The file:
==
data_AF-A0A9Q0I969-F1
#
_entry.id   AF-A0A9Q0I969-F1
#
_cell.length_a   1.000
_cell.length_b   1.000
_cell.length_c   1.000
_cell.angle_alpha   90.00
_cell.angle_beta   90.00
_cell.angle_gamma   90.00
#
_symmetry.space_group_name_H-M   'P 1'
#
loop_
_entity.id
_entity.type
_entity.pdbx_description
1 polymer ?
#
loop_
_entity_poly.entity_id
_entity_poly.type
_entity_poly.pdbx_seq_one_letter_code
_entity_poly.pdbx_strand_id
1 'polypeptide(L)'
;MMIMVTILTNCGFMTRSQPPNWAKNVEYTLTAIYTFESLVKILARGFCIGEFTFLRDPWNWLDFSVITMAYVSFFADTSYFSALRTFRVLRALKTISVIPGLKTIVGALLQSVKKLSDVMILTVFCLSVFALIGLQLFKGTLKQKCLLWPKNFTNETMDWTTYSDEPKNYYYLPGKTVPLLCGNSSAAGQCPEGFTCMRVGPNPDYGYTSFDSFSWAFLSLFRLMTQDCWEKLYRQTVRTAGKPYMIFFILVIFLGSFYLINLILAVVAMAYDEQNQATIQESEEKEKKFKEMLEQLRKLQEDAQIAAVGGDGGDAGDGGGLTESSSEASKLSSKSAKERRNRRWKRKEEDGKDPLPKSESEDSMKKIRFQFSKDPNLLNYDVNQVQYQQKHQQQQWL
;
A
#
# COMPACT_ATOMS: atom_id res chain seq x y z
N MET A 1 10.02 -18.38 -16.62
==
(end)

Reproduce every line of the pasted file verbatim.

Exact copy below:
data_AF-A0A9Q0I969-F1
#
_entry.id   AF-A0A9Q0I969-F1
#
_cell.length_a   1.000
_cell.length_b   1.000
_cell.length_c   1.000
_cell.angle_alpha   90.00
_cell.angle_beta   90.00
_cell.angle_gamma   90.00
#
_symmetry.space_group_name_H-M   'P 1'
#
loop_
_entity.id
_entity.type
_entity.pdbx_description
1 polymer ?
#
loop_
_entity_poly.entity_id
_entity_poly.type
_entity_poly.pdbx_seq_one_letter_code
_entity_poly.pdbx_strand_id
1 'polypeptide(L)'
;MMIMVTILTNCGFMTRSQPPNWAKNVEYTLTAIYTFESLVKILARGFCIGEFTFLRDPWNWLDFSVITMAYVSFFADTSYFSALRTFRVLRALKTISVIPGLKTIVGALLQSVKKLSDVMILTVFCLSVFALIGLQLFKGTLKQKCLLWPKNFTNETMDWTTYSDEPKNYYYLPGKTVPLLCGNSSAAGQCPEGFTCMRVGPNPDYGYTSFDSFSWAFLSLFRLMTQDCWEKLYRQTVRTAGKPYMIFFILVIFLGSFYLINLILAVVAMAYDEQNQATIQESEEKEKKFKEMLEQLRKLQEDAQIAAVGGDGGDAGDGGGLTESSSEASKLSSKSAKERRNRRWKRKEEDGKDPLPKSESEDSMKKIRFQFSKDPNLLNYDVNQVQYQQKHQQQQWL
;
A
#
# COMPACT_ATOMS: atom_id res chain seq x y z
N MET A 1 10.02 -18.38 -16.62